The Sandwich Generation

MCF Intersection

A regular snapshot of the trends, news and research in the world of philanthropy — and its impact on business.


About a year and a half ago, PNC Bank started noticing a trend in borrowers who wanted to finance a brownstone with a rental unit where their parents could live. The bank traditionally would have treated such properties as partial investments and required a higher down payment and loan rate than a single family home would require. But that approach no longer seemed to fit, said Peter Boomer, head of sales. Now, he says, “we look at the same guidelines we would for a single family residence, with lower down payments and lower rates.”

PNC is one of several banks and lenders paying more attention to “the sandwich generation,” people with dependent children and with elderly parents for whom they need to care. While not everyone in the sandwich generation has parents living with them, it is a growing phenomenon: Today, 20% of Americans live in multigenerational homes, where at least two adult generations live under one roof, accounting for 64 million people. In 1980, only 12% of Americans lived this way, according to the Pew Research Center.

“This has been on our radar for the last couple of years,” said Todd Johnson, Wells Fargo Home Lending’s Division Sales Manager, Pricing and Products Lead. In January, Wells Fargo lowered the down payment requirement for duplex buyers to 5% from 15% to 20%. This program is only available for loans that conform to Fannie Mae and Freddie Mac guidelines, but Mr. Johnson noted that loan limits for duplexes in costly areas can be relatively high.

For example, in San Diego a conforming duplex loan can reach $883,300, and in San Francisco, $930,300, Mr. Johnson said. Such loans can have as many as four borrowers, so a couple plus a set of elderly parents can all take out the loan together, Mr. Johnson said.

The program, however, comes with homework: It requires borrowers to take a four- to six-hour online course about being a landlord. What if your own mom and dad are going to be your tenants? You’ve still got to take the class, Mr. Johnson said. It covers issues such as getting insurance and landlord deductions and depreciation.

SunTrust Bank, a national bank based in Atlanta, has many branches in the Southeast, said Sherry Graziano, Head of Mortgage Transformation. In that region, many borrowers are looking for large homes with a bedroom and bathroom on the ground floor for their parents or in-laws, she said. A common approach is for the older couple to sell their own home and use the equity to help make the down payment on the multigenerational home.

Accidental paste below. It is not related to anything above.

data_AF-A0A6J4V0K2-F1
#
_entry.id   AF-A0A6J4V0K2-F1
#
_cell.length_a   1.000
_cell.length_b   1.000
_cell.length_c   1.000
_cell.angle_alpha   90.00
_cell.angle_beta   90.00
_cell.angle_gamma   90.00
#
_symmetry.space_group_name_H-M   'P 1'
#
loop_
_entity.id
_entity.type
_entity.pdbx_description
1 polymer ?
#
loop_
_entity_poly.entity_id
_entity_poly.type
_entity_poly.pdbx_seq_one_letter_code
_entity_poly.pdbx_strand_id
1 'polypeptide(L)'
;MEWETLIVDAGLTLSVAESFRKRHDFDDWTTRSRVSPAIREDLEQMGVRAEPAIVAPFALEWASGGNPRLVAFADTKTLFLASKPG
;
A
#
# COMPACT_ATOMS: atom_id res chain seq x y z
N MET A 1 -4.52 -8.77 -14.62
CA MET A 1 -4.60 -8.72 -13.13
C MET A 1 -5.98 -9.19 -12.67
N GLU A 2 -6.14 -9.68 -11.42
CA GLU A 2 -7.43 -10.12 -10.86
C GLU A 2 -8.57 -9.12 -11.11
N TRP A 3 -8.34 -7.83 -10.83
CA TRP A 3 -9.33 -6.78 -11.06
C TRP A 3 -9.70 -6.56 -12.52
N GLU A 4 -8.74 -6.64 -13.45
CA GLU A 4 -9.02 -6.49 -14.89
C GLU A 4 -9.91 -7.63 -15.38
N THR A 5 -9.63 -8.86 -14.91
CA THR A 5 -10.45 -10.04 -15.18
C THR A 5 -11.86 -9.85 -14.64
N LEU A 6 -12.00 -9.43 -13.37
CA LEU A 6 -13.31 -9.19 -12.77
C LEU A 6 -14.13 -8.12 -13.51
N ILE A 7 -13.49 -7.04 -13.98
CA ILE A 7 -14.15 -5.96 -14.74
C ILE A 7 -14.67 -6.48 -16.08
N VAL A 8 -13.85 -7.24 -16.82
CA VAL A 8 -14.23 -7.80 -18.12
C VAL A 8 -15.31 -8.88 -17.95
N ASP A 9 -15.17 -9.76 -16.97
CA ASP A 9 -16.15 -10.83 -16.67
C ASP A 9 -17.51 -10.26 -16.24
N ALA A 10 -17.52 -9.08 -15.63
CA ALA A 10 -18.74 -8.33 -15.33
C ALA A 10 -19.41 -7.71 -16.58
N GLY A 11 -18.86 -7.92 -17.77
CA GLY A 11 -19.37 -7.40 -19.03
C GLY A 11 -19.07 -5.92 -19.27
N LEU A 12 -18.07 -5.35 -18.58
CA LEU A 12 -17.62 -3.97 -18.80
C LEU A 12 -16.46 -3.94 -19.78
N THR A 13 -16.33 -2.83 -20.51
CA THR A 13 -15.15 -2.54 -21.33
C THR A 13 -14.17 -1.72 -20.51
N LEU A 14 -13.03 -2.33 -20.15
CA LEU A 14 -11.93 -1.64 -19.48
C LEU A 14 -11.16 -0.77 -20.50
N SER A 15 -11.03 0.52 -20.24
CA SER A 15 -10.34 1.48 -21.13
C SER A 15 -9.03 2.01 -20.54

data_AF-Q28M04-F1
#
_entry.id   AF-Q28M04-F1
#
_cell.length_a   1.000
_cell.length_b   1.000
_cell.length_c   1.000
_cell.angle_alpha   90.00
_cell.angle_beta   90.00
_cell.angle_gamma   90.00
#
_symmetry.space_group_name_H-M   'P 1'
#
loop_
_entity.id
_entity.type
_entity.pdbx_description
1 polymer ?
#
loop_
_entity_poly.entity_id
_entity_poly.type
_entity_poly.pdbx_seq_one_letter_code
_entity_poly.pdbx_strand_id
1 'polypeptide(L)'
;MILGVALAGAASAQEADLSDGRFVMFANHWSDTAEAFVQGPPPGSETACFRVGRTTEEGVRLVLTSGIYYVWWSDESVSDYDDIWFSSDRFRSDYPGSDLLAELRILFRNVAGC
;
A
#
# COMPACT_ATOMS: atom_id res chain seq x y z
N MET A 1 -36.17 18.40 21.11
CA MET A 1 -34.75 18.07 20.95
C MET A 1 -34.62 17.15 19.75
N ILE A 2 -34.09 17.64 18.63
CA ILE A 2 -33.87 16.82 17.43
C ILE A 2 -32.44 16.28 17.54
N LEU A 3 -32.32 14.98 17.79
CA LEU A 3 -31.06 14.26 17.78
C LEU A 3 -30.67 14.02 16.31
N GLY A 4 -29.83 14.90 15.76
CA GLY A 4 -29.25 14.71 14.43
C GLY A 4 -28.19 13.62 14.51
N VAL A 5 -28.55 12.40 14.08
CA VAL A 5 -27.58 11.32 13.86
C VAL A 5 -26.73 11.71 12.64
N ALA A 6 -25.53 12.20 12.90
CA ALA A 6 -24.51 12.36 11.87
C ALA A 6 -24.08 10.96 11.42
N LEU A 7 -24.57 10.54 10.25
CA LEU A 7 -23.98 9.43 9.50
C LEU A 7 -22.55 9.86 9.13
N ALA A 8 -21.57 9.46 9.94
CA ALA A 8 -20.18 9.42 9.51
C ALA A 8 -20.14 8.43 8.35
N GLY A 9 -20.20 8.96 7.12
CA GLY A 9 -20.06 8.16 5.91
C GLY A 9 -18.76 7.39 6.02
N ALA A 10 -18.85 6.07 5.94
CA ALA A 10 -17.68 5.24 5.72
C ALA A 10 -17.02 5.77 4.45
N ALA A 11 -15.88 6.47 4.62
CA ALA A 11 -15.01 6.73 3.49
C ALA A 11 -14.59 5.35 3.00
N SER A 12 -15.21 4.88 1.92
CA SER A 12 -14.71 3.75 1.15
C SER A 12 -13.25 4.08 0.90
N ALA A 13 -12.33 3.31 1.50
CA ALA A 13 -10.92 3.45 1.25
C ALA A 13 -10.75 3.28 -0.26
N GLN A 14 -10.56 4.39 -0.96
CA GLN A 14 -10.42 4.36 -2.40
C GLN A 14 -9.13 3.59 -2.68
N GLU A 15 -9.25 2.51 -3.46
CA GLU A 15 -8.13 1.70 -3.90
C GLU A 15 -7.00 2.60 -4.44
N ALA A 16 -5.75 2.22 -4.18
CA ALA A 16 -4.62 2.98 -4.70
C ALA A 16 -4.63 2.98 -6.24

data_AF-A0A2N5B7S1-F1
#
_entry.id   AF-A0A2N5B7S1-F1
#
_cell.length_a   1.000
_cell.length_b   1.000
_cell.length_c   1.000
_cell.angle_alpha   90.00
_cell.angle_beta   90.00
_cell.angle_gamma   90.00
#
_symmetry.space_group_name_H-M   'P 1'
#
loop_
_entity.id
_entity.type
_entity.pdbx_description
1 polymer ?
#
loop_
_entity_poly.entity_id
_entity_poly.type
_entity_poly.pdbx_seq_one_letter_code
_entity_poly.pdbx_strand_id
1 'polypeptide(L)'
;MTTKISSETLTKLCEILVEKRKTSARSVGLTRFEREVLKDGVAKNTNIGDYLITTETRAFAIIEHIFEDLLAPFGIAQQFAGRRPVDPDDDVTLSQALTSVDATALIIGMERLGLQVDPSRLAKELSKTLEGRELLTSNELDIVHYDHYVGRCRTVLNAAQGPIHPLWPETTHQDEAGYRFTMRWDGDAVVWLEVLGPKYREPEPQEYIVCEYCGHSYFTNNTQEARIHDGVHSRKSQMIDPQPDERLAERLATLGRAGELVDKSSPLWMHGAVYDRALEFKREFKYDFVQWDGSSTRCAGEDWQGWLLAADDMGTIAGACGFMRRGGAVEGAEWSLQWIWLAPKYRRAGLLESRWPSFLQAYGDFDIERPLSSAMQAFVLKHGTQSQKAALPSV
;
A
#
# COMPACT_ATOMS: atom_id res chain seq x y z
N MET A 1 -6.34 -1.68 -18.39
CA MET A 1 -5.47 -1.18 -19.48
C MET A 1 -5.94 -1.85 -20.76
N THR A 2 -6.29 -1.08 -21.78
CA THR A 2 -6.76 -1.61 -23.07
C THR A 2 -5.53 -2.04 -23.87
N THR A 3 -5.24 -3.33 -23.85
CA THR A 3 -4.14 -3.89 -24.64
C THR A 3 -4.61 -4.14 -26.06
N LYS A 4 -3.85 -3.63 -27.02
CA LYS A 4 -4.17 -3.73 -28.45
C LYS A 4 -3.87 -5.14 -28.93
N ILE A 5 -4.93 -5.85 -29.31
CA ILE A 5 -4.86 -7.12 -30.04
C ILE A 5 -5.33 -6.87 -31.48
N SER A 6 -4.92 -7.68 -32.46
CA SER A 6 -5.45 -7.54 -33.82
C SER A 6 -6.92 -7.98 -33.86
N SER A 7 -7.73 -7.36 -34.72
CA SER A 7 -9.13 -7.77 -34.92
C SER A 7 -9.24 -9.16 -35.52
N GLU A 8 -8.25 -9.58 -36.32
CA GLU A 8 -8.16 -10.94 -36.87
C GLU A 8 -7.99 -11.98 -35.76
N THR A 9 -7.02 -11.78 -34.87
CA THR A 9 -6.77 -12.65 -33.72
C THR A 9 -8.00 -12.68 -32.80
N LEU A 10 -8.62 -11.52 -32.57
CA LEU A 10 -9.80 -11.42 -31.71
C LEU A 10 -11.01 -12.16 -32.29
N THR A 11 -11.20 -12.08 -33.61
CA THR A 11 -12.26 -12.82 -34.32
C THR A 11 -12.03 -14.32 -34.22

If a loan doesn’t allow gift funds to be used as a down payment, Ms. Graziano said, “the older couple may need to become a co-borrower on the mortgage loan as well as an owner named on the title to the property.”

"When you’re waiving rent, in the eyes of the IRS, it’s the same as giving someone money to pay rent"

MCF Intersection

A regular snapshot of the trends, news and research in the world of philanthropy — and its impact on business.


When those older parent co-owners pass away, it can get complicated, especially if the parents have other heirs, says Ms. Graziano. “It may require refinancing the property to cash out the [parents’] equity, or selling the property.” For loans that PNC Bank treated as a single-family home at origination, the borrowers can rent out their extra unit to someone else without penalty if renting parents die or move, Mr. Boomer said., an online lender, rolled out a conforming duplex loan this month that, like Wells Fargo’s, requires only a 5% down payment, said co-founder Viral Shah. The company also provides a mortgage calculator that helps borrowers compute how much home they could afford if the down payment and loan payment were coming from different sources.

For example, if elderly parents bring a down payment but no income to the table, and the younger generation brings income but no assets, the calculator does the math on what they can all afford.

It asks for four inputs: “assets,” “annual gross income,” “credit score” and “ZIP Code.” In addition to the value of the house they can buy, it computes closing costs, likely interest rate and monthly carrying costs.

Steve Sherline, national market executive for private wealth management at MUFG Union Bank, said some of his sandwich generation clients let their parents live in their second home free by using the IRS’s gift tax rules, which allow you to give a gift of up to $15,000 a year tax-free to any person. This way, a couple can gift a set of parents up to $60,000 of rent a year without triggering any federal gift tax, Mr. Sherline said.

“When you’re waiving rent, in the eyes of the IRS, it’s the same as giving someone money to pay rent,” said Lisa Cahill, a certified public accountant who is the co-founder of Realean Real Estate, a brokerage in St. Petersburg, Fla.

A few tips for the “sandwich generation”:

  • If you’re buying a duplex with the intention of renting to your own parents, make sure the lender knows. They may have a program where down payment requirements and mortgage rates are lower if family members are the renters.
  • Lenders mail out one mortgage interest statement to each person on the loan; it’s up to the borrowers to figure out how to divvy that up at tax time, said Mr. Johnson of Wells Fargo. Talk to an accountant or tax specialist about who gets what deduction.
  • Renting to family members at a discount is specifically addressed in the tax code and has to be carefully navigated if the owner wants to take landlord deductions, so discuss with a tax expert.